Movie Review

Unfinished Business

Best business trip ever
Unfinished Business Movie Poster

US Release Date: 03-06-2015

Directed by: Ken Scott


  • Vince Vaughn
  • Dan Trunkman
  • Tom Wilkinson
  • Timothy McWinters
  • Dave Franco
  • Mike Pancake
  • Sienna Miller
  • Chuck Portnoy
  • June Diane Raphael
  • Mrs Trunkman
  • Britton Sear
  • Paul Trunkman
  • Ella Anderson
  • Bess Trunkman
  • Nick Frost
  • Bill Whilmsley
  • James Marsden
  • Jim Spinch
  • Ken Scott
  • Tourist at German Hotel / Museum Tourist
  • Uwe Ochsenknecht
  • Maarten Daaervk
Reviewed on: March 11th, 2015
Dave Franco, Tom Wilkinson and Vince Vaughn in Unfinished Business

Dave Franco, Tom Wilkinson and Vince Vaughn in Unfinished Business

Vince Vaughn starred in the Ken Scott scripted Delivery Man in 2013. Now Scott directs Vaughn in Unfinished Business. Both films have a central issue of fatherhood. Whereas Delivery Man asked what it meant to be a father, Unfinished Business is more about the stress and responsibility in being a father. Vaughn became a father in 2010 and again in 2013. No doubt the subject is hitting home.

Vaughn plays Dan, a married father of two. He quits his job in the first scene and starts his own company, taking with him the recently fired Tim (Tom Wilkinson) and Mike (Dave Franco).  Tim was fired for being old while Mike was there because he just had an interview that he bombed. The specifics of what his new company, named Apex, does are a bit vague. Just understand that a very important introduction and handshake is needed for the survival of Apex.

This takes the three men on a couple of business trips. The most important one being to Berlin, Germany, where every hotel is full due to several events happening at the same time. Dan ends up staying in a museum/hotel room while Tim and Mike stay at a youth hostel.

Of the three very different men, Tim is the least well rounded. Out of the blue he tells Dan that he has never made love even though he has been married for years. He has had sex but never passionate lovemaking. He wants the deal to go through so he can divorce his wife.

Mike is special, as in he lives in an assisted adult living facility special. He miss pronounces any word that has more than three syllables. After hearing Tim moan that he wants to experience wheel barrel sex, Mike goes on a quest to experience it as well, but considering that he is a virgin, he should have started out on something simpler.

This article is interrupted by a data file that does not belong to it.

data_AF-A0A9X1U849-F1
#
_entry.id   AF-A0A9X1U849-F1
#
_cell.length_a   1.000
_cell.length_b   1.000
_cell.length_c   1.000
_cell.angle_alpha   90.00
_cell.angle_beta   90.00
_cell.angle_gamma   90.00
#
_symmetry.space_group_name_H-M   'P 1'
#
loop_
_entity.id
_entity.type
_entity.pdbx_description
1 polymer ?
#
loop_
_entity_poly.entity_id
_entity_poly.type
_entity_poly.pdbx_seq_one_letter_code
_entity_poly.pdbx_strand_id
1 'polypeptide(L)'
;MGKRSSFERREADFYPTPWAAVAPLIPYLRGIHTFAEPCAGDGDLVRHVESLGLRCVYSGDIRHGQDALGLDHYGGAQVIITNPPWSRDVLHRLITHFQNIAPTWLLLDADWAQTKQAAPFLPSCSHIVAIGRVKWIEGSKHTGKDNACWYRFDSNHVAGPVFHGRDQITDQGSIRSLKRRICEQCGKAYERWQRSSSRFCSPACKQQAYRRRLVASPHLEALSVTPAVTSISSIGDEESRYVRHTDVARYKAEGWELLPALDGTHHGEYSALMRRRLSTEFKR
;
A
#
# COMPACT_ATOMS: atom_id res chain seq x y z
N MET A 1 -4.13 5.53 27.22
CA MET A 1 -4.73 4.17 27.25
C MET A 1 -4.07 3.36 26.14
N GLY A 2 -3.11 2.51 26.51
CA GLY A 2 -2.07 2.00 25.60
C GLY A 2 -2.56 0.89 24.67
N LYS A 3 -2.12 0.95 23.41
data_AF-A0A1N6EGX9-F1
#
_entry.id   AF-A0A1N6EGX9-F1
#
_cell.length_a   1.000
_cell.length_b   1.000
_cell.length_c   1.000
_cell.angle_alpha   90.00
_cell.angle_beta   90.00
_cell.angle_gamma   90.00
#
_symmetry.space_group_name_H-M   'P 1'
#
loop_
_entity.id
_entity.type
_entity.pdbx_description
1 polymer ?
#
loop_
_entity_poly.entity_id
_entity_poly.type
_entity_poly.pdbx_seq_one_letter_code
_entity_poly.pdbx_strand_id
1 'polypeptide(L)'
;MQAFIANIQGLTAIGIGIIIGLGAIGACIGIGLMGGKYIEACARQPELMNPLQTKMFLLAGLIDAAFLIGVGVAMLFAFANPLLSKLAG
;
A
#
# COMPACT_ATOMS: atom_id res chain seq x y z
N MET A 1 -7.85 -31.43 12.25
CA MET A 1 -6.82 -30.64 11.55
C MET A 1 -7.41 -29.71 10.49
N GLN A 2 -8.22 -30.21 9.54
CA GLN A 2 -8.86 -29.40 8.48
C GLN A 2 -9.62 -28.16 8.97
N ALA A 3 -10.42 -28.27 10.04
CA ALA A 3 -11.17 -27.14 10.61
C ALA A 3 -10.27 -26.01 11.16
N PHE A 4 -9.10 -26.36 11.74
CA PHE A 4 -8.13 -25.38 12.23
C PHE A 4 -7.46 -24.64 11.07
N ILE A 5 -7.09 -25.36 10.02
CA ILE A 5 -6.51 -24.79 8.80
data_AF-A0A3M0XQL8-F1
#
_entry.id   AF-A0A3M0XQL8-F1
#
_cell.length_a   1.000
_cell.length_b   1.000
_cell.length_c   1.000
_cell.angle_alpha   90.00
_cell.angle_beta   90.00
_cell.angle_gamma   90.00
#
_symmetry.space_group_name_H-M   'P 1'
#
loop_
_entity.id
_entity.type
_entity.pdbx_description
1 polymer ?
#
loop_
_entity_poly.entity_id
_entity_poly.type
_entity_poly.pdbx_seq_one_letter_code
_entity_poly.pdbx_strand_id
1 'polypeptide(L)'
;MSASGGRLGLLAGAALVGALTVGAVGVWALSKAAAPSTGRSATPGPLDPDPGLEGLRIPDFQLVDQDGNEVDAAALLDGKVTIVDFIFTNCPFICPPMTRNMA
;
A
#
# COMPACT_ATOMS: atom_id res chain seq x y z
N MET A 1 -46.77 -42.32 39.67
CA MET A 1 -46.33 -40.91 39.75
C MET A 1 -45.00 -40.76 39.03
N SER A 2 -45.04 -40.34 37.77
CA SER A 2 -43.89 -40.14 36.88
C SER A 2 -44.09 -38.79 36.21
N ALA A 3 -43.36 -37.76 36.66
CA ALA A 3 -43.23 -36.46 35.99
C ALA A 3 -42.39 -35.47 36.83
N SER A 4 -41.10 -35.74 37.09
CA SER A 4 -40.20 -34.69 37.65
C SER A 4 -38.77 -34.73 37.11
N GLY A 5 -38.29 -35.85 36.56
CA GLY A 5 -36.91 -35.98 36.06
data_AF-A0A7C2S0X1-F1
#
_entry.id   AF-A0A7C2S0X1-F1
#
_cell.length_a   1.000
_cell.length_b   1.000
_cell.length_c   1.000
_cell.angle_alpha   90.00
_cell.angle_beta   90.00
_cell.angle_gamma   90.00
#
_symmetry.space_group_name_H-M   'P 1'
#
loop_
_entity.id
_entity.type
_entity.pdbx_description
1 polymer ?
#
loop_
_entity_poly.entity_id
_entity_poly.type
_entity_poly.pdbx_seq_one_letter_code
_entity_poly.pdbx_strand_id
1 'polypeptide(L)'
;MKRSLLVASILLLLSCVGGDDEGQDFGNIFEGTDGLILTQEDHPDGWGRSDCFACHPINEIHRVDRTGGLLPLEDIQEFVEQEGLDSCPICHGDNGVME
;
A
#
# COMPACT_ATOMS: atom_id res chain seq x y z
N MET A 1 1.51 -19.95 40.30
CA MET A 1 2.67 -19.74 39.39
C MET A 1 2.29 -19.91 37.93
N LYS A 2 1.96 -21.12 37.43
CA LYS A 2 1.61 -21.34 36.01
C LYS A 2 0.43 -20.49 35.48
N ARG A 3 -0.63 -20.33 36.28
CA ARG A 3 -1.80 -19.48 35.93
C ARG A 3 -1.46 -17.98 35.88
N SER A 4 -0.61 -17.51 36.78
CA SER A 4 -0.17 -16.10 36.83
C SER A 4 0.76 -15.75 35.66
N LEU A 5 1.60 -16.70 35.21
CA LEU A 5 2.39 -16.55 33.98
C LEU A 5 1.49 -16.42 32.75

The movie has plenty of nudity. At one point they go into a unisex spa to meet an important female businesswoman. Mike cannot help but point out and announce, “Big boobies” as a topless woman walks by. Later in a gay bar bathroom, also to hunt down a businessman, Mike handshakes a penis sticking through a glory hole when introduced to the man behind the wall. He then falls down and notes nervously, “It touched my face.”

It is up to Dan to give the movie its heart. His wife keeps reminding him that the private school they want to send their son to is very expensive. His daughter keeps pestering him about doing her homework essay about her father. His overweight teen son is going through a rough patch as he is constantly being picked on. The film points out how bullying has changed since the internet. It used to be that bullying ended when the child got home. Now it can continue 24/7 through social media.

Dan needs the deal to go through to put his son in another school but he also tells his son that a change in location alone will not solve everything. Dan has his family and two employees depending on him. He has to fight for his and their survival. He is pulled in many directions and struggles to keep it all going.

In the age of Oprah it has felt to me that women have been demanding that people recognize how hard their lives can be when juggling a marriage, children and a career. I am not sure if Ken Scott and Vince Vaughn are consciously trying to do the same for married fathers but it is nice to see a “fairly” realistic portrayal of what it means to be a man willing to face his responsibilities. Unfinished Business has a mature message but it may get lost in the immature sex jokes and frat boy partying.